La Festa di San Giuseppe

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Two days after Saint Patrick’s day, March 19th, after all my Amerighan friends have recovered from drinking green beer while eating corned beef and cabbage, is Saint Joseph’s day or more accurately La Festa di San Giuseppe. Throughout the world, you will find Italians celebrating La Festa di San Giuseppe to honor the patron saint of all father’s, Saint Joseph.

I have always felt bad for Saint Joseph. While fathers, in general, seem to be second to mothers in the hearts of their children, poor Joseph had an enormous challenge. How do you compete with the MOTHER OF GOD? The Madonna!! Since the scripture does not say much about him after the birth of Jesus, in the minds of many, he is a secondary Gospel character. However, I believe most people underestimate not only the faith of this man but his kindness. Think for a moment not in modern terms, but according to the morality of Israel at the time. A lesser man would have easily dismissed Mary as someone who got caught messing around, making a public spectacle of her, but Joseph was a man with a good heart. He initially intended to break off the betrothal quietly so as not humiliate her. This speaks to me of his kindness. After the angel appeared to him, he accepted – on faith – his role in God’s plan. People forget God chose Joseph as Christ’s father, just as he chose Mary to be his mother. In my opinion, he is a man who is equal to Mary.

In a sense, the day is Italian Father’s Day, a day in which we honor all our fathers, but it is so much more. While in the United States we gift fathers with ties and coffee mugs emblazoned with World’s Greatest Dad, Italian Father’s Day has a more holistic feel to it, incorporating the entire family. In Italy, celebration altars are set up in remembrance of the Holy Family with Saint Joseph in the place of honor. In some towns, the community selects three members to represent the Holy Family. They are seated at a table of food specially prepared for the day. After a priest blesses the food, the celebration begins and everyone is welcome to eat as much as they like.

The food on the table carries a special significance. Loaves of bread are baked into different shapes such as carpenter’s tools, a staff, and a cross as well as various animals and sea creatures celebrating the abundance of the earth. You will not find any meat or dairy on Saint Joseph’s day. For example, rather than sprinkling their food with cheese, breadcrumbs are used to symbolize sawdust.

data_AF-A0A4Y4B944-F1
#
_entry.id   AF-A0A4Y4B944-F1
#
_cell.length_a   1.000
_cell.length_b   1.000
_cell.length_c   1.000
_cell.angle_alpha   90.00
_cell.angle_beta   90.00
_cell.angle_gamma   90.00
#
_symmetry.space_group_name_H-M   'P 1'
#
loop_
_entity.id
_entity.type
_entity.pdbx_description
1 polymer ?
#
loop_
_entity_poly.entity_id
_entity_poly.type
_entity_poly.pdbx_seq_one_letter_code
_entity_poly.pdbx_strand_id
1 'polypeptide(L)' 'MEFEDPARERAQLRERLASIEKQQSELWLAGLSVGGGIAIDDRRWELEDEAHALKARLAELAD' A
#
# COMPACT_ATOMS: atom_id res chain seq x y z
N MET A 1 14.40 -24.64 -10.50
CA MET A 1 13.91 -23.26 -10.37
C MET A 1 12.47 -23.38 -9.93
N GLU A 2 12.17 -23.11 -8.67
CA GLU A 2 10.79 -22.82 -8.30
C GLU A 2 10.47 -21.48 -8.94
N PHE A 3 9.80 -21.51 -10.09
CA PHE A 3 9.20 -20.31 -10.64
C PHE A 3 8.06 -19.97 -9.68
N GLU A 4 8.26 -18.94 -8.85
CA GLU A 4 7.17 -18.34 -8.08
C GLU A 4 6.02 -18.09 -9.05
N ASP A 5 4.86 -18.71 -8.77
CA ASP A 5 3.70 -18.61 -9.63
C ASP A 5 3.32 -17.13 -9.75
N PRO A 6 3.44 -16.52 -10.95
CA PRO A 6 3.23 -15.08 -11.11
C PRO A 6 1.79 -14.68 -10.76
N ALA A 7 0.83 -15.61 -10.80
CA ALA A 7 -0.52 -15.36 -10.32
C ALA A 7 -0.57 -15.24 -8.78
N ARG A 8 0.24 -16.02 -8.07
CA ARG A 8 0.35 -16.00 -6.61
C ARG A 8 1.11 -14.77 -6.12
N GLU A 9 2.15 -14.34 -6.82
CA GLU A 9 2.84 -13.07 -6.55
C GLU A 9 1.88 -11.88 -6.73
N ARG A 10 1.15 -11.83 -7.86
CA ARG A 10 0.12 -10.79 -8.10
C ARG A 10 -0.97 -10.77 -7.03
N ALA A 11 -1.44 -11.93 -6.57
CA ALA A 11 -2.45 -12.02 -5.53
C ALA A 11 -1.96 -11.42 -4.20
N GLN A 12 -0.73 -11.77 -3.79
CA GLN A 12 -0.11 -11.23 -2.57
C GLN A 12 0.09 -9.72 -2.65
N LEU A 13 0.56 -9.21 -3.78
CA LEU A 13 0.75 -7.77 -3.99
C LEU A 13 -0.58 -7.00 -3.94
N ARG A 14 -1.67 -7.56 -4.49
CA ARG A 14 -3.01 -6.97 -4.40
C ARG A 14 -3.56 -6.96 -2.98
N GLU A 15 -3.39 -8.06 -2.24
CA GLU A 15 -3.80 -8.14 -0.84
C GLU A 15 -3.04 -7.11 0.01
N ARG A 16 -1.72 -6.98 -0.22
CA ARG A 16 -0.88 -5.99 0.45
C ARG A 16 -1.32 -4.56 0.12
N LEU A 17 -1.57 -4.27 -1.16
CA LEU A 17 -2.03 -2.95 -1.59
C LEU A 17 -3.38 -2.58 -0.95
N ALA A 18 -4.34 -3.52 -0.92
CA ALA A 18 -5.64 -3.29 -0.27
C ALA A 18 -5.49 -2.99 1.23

Personally, I associate La Festa di San Giuseppe with food. My mother would make her special Saint Joseph’s Day spaghetti to celebrate the holyday. In keeping with the sharing spirit of the day, she would send me around the neighborhood with pots of the stuff for various friends. She wanted to ensure the older Sicilians who might not be able to observe the day were able to enjoy at least some part of the tradition.

While throughout Italy the day is important, it is especially significant to Sicilians for whom Saint Joseph is a patron saint. In the 12th Century, a drought had struck the island causing a famine. The Sicilians prayed to Saint Joseph to save them, promising to always honor his name. When the rains finally came the people made good on their promise. To this day, wherever Sicilians have settled, you will find La Festa di San Giuseppe celebrations.

One of these celebrations that is especially interesting takes place in New Orleans. When the plantation owners brought Sicilians to New Orleans, they worked shoulder to shoulder with African-Americans, many of whom were former slaves or the children of slaves. The Sicilians shared with them all the traditions of parades and festivals honoring various Italian saints, especially Saint Joseph. What makes the New Orleans celebrations special is the contribution of the Mardi Gras Indians, who are not Native-Americans, but African-Americans dressed in costumes based on Native-American dress. There are only two times a year when you can see the Mardi Gras Indians on parade; Mardi Gras and La Festa di San Giuseppe.

So this March 19th, don’t forget to wear something red and give your dad a call to wish him happy father’s day. While you are at it, maybe say a little prayer to Saint Joseph, even if you are not Catholic. Hey, it couldn’t hurt to be on friendly terms with the father of Christ. Right?

To learn more about La Festa di San Giuseppe and Italian culture, read my book Italianità: The Essence of Being Italian and Italian-American

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